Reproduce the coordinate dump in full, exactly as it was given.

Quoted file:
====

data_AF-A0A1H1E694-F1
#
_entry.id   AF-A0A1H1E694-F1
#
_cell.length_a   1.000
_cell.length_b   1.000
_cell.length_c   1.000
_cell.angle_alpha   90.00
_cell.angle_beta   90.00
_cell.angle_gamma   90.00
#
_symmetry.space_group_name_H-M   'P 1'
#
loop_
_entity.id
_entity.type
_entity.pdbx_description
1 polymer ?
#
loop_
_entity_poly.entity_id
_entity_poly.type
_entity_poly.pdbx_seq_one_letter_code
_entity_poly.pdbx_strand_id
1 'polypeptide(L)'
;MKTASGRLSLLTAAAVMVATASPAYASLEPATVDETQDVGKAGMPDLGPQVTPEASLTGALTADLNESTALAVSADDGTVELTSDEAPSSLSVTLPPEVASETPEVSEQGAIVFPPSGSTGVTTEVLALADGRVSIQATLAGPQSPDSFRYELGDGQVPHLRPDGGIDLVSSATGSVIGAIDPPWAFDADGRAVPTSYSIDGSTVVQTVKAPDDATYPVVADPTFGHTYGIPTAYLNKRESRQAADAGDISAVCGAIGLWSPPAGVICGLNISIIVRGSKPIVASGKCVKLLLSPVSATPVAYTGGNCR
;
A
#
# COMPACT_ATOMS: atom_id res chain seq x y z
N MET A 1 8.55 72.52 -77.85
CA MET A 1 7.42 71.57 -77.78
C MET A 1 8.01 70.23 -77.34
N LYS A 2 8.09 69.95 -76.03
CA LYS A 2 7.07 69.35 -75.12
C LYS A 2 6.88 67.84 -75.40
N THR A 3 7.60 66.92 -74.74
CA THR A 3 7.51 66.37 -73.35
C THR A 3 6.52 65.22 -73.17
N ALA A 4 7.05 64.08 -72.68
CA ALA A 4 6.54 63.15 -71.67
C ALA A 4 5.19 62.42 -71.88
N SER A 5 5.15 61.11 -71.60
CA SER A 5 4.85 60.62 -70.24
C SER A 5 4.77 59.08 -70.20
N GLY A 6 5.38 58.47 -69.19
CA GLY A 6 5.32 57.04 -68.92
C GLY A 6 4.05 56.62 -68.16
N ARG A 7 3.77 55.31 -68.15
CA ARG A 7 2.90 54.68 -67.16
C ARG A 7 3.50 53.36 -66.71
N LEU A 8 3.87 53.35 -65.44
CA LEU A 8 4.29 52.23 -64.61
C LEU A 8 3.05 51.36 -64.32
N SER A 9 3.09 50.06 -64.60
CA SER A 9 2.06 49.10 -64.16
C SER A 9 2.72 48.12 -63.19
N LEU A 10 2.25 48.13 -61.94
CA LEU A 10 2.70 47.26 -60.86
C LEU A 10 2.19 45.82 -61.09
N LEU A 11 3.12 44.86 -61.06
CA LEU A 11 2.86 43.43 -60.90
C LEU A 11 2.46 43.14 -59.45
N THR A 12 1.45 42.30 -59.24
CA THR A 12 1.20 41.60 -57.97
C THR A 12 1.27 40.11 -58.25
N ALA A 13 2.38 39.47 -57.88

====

data_AF-A0A1H1E694-F1
#
_entry.id   AF-A0A1H1E694-F1
#
_cell.length_a   1.000
_cell.length_b   1.000
_cell.length_c   1.000
_cell.angle_alpha   90.00
_cell.angle_beta   90.00
_cell.angle_gamma   90.00
#
_symmetry.space_group_name_H-M   'P 1'
#
loop_
_entity.id
_entity.type
_entity.pdbx_description
1 polymer ?
#
loop_
_entity_poly.entity_id
_entity_poly.type
_entity_poly.pdbx_seq_one_letter_code
_entity_poly.pdbx_strand_id
1 'polypeptide(L)'
;MKTASGRLSLLTAAAVMVATASPAYASLEPATVDETQDVGKAGMPDLGPQVTPEASLTGALTADLNESTALAVSADDGTVELTSDEAPSSLSVTLPPEVASETPEVSEQGAIVFPPSGSTGVTTEVLALADGRVSIQATLAGPQSPDSFRYELGDGQVPHLRPDGGIDLVSSATGSVIGAIDPPWAFDADGRAVPTSYSIDGSTVVQTVKAPDDATYPVVADPTFGHTYGIPTAYLNKRESRQAADAGDISAVCGAIGLWSPPAGVICGLNISIIVRGSKPIVASGKCVKLLLSPVSATPVAYTGGNCR
;
A
#
# COMPACT_ATOMS: atom_id res chain seq x y z
N MET A 1 8.55 72.52 -77.85
CA MET A 1 7.42 71.57 -77.78
C MET A 1 8.01 70.23 -77.34
N LYS A 2 8.09 69.95 -76.03
CA LYS A 2 7.07 69.35 -75.12
C LYS A 2 6.88 67.84 -75.40
N THR A 3 7.60 66.92 -74.74
CA THR A 3 7.51 66.37 -73.35
C THR A 3 6.52 65.22 -73.17
N ALA A 4 7.05 64.08 -72.68
CA ALA A 4 6.54 63.15 -71.67
C ALA A 4 5.19 62.42 -71.88
N SER A 5 5.15 61.11 -71.60
CA SER A 5 4.85 60.62 -70.24
C SER A 5 4.77 59.08 -70.20
N GLY A 6 5.38 58.47 -69.19
CA GLY A 6 5.32 57.04 -68.92
C GLY A 6 4.05 56.62 -68.16
N ARG A 7 3.77 55.31 -68.15
CA ARG A 7 2.90 54.68 -67.16
C ARG A 7 3.50 53.36 -66.71
N LEU A 8 3.87 53.35 -65.44
CA LEU A 8 4.29 52.23 -64.61
C LEU A 8 3.05 51.36 -64.32
N SER A 9 3.09 50.06 -64.60
CA SER A 9 2.06 49.10 -64.16
C SER A 9 2.72 48.12 -63.19
N LEU A 10 2.25 48.13 -61.94
CA LEU A 10 2.70 47.26 -60.86
C LEU A 10 2.19 45.82 -61.09
N LEU A 11 3.12 44.86 -61.06
CA LEU A 11 2.86 43.43 -60.90
C LEU A 11 2.46 43.14 -59.45
N THR A 12 1.45 42.30 -59.24
CA THR A 12 1.20 41.60 -57.97
C THR A 12 1.27 40.11 -58.25
N ALA A 13 2.38 39.47 -57.88